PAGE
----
Key to fiscal cliff negotiations: Holiday deadline

Rick Moran
Is the key to reaching a deal on the fiscal cliff tied to the Christmas holidays?

Judging by past experience, the answer is yes.

Reuters:

"The Congress doesn't work on the clock; it works on the calendar," said Republican Senator Roy Blunt of Missouri, who in 15 years of serving in Congress, including leadership jobs, has been through plenty of tough scrapes.

"There is just that required moment when something has to happen because you've run out of time," said Blunt. In the meantime, "there is a desire to maximize your negotiating position until you realize you don't have any room any more to negotiate. It almost invariably works that way."

With each day that goes by, as the Washington cliché goes, the "smell of the jet fumes" - meaning the airplanes that will carry members of Congress back to their home states for vacations or to foreign destinations on taxpayer dollars - gets stronger and stronger.

With December's onset bringing Christmas sharply into focus, the pace of fiscal cliff negotiations between Democrats and Republicans will pick up starting this week, according to lawmakers and their aides.

Technically, there is a December 31 deadline for Obama and Congress to find a way to avoid hundreds of billions of dollars in tax increases and spending cuts that experts say would give Americans a hangover far worse than what any drunken New Year's Eve celebration could deliver.

But for the 535 members of the U.S. House of Representatives and Senate, who need deadlines to force them to accomplish anything big, it is the threat of having to work through Christmas that is fueling the oncoming mad dash to a deal - or at least a deal to eventually get a deal.

While no formal negotiating sessions are on the schedule between Republicans and Democrats, expect the pace of work by staff members to pick up, along with the back-and-forth exchanges on television and in op-ed pages of the sort that got going last week.

I don't care why they come to an agreement. If it's because they don't want to miss Christmas with their families and will make a deal to avoid that, more powe to them.

But what kind of a deal will it be if it's rushed to the floor and blindly voted on by members? History has shown that not paying attention to what they  are voting on leads to very bad legislation.

Expect the same this time around.



Is the key to reaching a deal on the fiscal cliff tied to the Christmas holidays?

Judging by past experience, the answer is yes.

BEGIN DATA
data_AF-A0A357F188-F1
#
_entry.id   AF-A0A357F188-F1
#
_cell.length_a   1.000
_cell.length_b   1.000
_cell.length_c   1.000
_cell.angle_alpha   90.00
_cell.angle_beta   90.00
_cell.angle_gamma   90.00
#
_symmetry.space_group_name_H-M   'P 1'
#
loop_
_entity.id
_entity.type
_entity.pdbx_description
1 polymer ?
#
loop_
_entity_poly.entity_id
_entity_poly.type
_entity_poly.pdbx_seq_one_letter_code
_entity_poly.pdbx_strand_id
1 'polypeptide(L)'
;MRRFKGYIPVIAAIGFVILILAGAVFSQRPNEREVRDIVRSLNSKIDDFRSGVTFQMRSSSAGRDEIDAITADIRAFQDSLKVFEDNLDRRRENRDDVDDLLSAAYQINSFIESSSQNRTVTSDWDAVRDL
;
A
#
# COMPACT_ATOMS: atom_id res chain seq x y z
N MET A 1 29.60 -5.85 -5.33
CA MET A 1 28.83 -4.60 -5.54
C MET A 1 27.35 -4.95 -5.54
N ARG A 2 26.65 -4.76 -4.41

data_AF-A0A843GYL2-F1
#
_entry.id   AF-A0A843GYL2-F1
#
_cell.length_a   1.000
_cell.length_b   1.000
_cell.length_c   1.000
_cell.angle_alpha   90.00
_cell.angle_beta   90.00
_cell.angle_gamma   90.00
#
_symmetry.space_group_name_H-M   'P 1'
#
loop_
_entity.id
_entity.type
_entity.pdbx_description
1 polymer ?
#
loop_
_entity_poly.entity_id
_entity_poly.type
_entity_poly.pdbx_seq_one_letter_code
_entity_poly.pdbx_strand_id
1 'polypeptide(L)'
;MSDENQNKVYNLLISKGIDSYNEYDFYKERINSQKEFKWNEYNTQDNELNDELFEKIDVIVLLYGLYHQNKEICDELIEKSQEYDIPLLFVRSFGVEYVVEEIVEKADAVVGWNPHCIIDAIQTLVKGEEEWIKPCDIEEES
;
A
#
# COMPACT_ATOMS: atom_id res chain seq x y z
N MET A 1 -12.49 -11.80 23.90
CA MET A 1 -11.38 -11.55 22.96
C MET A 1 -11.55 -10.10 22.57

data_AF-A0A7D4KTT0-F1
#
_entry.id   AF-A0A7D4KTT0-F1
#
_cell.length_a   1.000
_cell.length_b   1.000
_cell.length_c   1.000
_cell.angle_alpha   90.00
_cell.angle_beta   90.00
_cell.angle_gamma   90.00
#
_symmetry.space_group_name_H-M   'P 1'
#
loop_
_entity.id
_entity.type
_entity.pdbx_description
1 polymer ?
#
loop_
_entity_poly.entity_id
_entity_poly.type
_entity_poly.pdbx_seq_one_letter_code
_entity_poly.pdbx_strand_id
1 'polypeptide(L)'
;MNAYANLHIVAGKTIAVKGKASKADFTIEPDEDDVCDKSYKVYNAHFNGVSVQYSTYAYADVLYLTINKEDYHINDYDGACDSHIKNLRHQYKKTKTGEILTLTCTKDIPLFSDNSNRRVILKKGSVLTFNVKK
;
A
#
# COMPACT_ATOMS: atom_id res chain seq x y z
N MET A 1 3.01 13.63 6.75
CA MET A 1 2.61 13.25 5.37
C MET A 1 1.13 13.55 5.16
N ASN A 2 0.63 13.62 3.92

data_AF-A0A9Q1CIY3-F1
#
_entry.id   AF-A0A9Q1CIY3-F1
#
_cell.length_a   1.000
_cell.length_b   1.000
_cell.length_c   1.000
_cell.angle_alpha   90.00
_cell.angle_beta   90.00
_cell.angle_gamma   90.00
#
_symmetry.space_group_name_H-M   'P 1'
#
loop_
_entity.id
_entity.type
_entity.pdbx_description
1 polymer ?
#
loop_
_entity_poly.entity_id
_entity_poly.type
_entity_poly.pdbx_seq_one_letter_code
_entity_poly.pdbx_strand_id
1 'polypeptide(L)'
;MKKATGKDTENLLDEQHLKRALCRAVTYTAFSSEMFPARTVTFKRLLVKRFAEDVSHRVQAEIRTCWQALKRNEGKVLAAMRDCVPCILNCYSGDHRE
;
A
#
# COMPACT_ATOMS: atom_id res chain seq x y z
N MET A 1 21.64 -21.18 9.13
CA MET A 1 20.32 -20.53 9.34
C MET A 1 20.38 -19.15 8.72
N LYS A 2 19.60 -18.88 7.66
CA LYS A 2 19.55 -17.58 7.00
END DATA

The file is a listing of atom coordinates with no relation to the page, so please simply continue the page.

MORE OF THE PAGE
Reuters:

"The Congress doesn't work on the clock; it works on the calendar," said Republican Senator Roy Blunt of Missouri, who in 15 years of serving in Congress, including leadership jobs, has been through plenty of tough scrapes.

"There is just that required moment when something has to happen because you've run out of time," said Blunt. In the meantime, "there is a desire to maximize your negotiating position until you realize you don't have any room any more to negotiate. It almost invariably works that way."

With each day that goes by, as the Washington cliché goes, the "smell of the jet fumes" - meaning the airplanes that will carry members of Congress back to their home states for vacations or to foreign destinations on taxpayer dollars - gets stronger and stronger.

With December's onset bringing Christmas sharply into focus, the pace of fiscal cliff negotiations between Democrats and Republicans will pick up starting this week, according to lawmakers and their aides.

Technically, there is a December 31 deadline for Obama and Congress to find a way to avoid hundreds of billions of dollars in tax increases and spending cuts that experts say would give Americans a hangover far worse than what any drunken New Year's Eve celebration could deliver.

But for the 535 members of the U.S. House of Representatives and Senate, who need deadlines to force them to accomplish anything big, it is the threat of having to work through Christmas that is fueling the oncoming mad dash to a deal - or at least a deal to eventually get a deal.

While no formal negotiating sessions are on the schedule between Republicans and Democrats, expect the pace of work by staff members to pick up, along with the back-and-forth exchanges on television and in op-ed pages of the sort that got going last week.

I don't care why they come to an agreement. If it's because they don't want to miss Christmas with their families and will make a deal to avoid that, more powe to them.

But what kind of a deal will it be if it's rushed to the floor and blindly voted on by members? History has shown that not paying attention to what they  are voting on leads to very bad legislation.

Expect the same this time around.